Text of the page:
To stimulate interest in horticulture and floral design and provide an outlet for creative expression, the Peoria Garden Club is hosting its biannual Standard Flower Show June 5. This year’s event, “Small Wonders,” takes place at Pettengill-Morron House Museum and is co-sponsored by the Peoria Historical Society.

This happy combination of nature, art, and history recalls charming Victorian past times—its central theme—but also prompts thoughts of some of the Peoria area’s earliest botanists.

Drs. Frederick Brendel and James T. Stewart, contemporaries here in the latter half of the 19th century, were physicians and pioneer ecologists, exploring the relationships between living nature and environment. Born in Erlangen, Bavaria, on January 20, 1820, and educated there, Brendel came to the United States in 1850, and arrived in Peoria February 11, 1852. He was 92 when he died here in 1912.

Born in 1824 in Bond County, Stewart spent his early life in Hennepin. A graduate of Knox College, he earned his medical degree from the Philadelphia College of Medicine. He began practicing medicine here in 1850 and was 77 when he died in 1901.

Brendel’s legacy includes “Flora Peoriana,” an 89-page booklet published in Peoria in 1887. Subtitled “The Vegetation in the Climate of Middle Illinois,” it draws upon his meticulous observations of both climate and plant life here from 1855 through 1885. As Virginius H. Chase, another pioneering Peoria naturalist, wrote in a 1931 article for the Illinois State Academy of Science, “Flora Peoriana” is no mere checklist.

Even today Brendel’s observation that “the mercury is falling below freezing point in a period commencing on the 1st of October and ending on the 11th of May” provides a useful guide for local gardeners.

Brendel chronicled changes within his time here, including the disappearance of various species and the appearance and proliferation of what he called “immigrated plants.” “The species which immigrated partly from Europe, partly from tropical countries, are either fully naturalized and form an integral part of our present flora, or they are adventives, i.e. new comers, mostly escaped from cultivated land or gardens, that may afterwards become naturalized, after a more or less prolific propagation, or become extinct again, when the chances are less favorable,” he said.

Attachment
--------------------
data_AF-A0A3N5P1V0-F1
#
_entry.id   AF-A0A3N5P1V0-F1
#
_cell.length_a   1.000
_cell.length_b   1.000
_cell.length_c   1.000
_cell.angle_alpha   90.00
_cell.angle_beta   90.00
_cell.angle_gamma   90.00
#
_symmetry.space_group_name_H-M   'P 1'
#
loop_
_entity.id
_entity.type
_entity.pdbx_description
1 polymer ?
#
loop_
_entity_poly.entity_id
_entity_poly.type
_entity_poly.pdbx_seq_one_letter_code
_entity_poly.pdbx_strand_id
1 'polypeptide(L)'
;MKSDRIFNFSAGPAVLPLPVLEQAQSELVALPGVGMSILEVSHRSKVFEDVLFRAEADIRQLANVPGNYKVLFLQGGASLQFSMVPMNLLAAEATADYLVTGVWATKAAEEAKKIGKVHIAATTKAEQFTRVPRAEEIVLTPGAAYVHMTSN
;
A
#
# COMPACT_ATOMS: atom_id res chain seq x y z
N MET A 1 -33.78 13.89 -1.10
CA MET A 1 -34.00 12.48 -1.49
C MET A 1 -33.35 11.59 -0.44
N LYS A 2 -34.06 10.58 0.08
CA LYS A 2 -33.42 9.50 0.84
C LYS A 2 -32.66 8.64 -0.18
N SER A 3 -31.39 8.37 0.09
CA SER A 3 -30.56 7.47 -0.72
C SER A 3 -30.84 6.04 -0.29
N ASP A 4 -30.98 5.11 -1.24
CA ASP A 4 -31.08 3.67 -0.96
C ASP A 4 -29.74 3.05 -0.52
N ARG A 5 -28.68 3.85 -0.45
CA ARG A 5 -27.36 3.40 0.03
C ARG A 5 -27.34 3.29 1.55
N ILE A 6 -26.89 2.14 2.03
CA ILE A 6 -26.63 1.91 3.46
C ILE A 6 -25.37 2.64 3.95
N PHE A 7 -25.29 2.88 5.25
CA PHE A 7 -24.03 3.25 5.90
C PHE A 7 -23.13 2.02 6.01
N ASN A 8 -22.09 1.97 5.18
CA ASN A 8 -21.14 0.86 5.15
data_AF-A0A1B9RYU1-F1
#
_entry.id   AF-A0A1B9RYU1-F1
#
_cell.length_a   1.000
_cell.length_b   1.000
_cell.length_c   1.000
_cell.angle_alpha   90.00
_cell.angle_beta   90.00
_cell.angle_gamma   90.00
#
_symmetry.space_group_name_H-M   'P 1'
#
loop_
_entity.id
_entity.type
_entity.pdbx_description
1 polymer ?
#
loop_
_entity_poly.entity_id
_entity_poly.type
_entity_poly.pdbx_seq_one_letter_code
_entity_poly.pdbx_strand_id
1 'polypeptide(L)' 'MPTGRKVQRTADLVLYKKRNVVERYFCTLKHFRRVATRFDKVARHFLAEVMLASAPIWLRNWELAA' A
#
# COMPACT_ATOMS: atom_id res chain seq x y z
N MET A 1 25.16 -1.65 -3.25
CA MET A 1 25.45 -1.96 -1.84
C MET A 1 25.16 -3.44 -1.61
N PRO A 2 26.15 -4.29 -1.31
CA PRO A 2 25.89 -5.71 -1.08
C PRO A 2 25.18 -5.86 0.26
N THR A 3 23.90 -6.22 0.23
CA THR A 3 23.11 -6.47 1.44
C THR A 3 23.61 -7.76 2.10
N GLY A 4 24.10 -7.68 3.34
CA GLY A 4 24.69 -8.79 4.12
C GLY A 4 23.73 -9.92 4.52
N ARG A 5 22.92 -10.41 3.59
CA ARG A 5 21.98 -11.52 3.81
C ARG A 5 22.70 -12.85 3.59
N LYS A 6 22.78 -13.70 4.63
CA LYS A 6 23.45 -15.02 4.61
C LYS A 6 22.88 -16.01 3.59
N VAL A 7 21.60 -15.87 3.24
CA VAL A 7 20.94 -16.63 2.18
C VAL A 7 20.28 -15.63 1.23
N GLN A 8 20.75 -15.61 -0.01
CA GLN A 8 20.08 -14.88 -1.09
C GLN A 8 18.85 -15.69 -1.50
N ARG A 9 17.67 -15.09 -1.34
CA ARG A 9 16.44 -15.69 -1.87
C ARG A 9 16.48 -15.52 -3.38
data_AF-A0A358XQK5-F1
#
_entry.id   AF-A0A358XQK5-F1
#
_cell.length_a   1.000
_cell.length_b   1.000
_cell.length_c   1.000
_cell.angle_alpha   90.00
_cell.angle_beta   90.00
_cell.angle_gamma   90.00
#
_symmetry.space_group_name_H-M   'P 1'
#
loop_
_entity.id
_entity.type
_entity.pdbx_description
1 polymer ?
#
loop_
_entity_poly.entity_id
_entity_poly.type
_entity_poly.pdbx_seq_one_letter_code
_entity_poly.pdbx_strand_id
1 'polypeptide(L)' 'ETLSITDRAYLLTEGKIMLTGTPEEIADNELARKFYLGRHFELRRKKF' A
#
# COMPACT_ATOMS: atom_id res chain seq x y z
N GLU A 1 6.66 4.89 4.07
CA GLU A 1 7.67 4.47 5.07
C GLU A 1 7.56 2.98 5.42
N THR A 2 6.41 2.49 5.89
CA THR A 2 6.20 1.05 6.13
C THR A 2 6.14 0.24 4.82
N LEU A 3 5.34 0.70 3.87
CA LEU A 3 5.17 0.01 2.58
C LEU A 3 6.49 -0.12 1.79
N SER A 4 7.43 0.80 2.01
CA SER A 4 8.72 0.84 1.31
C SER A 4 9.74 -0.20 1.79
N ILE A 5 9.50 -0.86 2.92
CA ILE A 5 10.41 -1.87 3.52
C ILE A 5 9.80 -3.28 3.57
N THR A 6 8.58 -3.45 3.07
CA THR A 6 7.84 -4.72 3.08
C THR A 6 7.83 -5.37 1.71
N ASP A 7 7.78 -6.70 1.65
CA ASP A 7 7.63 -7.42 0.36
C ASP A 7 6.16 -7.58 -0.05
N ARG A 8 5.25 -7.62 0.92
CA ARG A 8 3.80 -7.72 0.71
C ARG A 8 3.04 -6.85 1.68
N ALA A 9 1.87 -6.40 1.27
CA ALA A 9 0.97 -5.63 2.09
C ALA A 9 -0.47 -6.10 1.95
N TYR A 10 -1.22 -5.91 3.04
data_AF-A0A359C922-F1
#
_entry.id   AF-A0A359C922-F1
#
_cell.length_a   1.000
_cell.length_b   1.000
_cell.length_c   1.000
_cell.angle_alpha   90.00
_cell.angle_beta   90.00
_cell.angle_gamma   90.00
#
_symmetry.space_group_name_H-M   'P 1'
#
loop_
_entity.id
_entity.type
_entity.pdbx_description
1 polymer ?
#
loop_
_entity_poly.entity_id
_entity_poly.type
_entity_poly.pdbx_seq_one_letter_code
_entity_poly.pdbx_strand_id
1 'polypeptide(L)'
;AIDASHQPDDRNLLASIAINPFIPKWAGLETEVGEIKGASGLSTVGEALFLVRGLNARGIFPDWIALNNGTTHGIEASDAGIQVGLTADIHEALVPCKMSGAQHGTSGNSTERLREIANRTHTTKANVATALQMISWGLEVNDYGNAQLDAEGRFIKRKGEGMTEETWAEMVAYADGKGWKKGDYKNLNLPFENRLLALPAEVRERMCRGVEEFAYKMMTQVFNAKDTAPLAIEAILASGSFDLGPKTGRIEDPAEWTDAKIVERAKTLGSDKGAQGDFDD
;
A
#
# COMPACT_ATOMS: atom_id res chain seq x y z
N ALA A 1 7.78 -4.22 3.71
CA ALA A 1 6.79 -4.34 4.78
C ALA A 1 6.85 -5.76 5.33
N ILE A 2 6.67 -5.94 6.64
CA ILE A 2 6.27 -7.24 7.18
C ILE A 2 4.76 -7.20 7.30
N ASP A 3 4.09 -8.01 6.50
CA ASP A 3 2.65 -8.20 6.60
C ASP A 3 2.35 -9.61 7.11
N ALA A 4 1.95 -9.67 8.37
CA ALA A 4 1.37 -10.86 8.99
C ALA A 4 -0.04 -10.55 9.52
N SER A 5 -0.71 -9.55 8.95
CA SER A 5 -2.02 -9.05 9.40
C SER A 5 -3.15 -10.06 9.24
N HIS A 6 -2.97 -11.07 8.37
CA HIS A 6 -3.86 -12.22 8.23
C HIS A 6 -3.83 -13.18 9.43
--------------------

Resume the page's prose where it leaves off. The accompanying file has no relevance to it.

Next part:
He also noted prairies yielded to woods, a change still seen as fields become landscaped subdivisions.

Brendel corresponded with practically every American scientist of the 19th century, according to Chase, including Harvard botanist Asa Gray and Henry Shaw, whose St. Louis garden is still visited today. The Smithsonian published articles by Brendel.

In 1875, both Brendel and Stewart were active in founding the Peoria Scientific Association. Specimens and collections were displayed in the county courthouse, and a curator explained exhibits to the hundreds of persons who visited each year. In its first 10 years, the association provided the forum for 167 scientific papers and developed a museum with more than 10,000 specimens and a library of 150 volumes. In its 10th year, some 7,700 visitors inspected the collections, according to a report by Stewart and referenced by Chase. 

In the 1870s Stewart and three others, including Otto Triebel, founded what became the Penstemon Cosmopolitan Club. At first the society was both small and select, according to Theo. R. Marsters’ 1918 article in Peoria’s Sunday Journal and Transcript. It was a group of male nature lovers who set the first Sunday in May for the date of their one annual meeting. Under the pretense of doing honor to the penstemon flower, they gathered in Oesterle’s woods (later the site of the Guardian Angel orphanage) “to commune with nature and indulge in an informal exchange of ideas regarding the eternal verities.” The club became the rage, Marsters wrote, including all the richest men in town. It flourished for some 45 years. In 1921 the club’s official records were laid to rest at the Peoria library.

Stewart also supported the Peoria Art League “during its long lean years of early struggle,” according to Marster.

At Stewart’s death, his herbarium of more than 3,000 specimens of local flora became the property of the Field Museum. Much of Brendel’s collection went to the University of Illinois.

As we work towards a new museum of art, history, science, and technology, we do well to remember these pioneering benchmarks. Enjoy the Garden Club Show in the freshly refurbished historical house at 1212 W. Moss, open to the public from 2 to 8 p.m. Admission is $5. AA!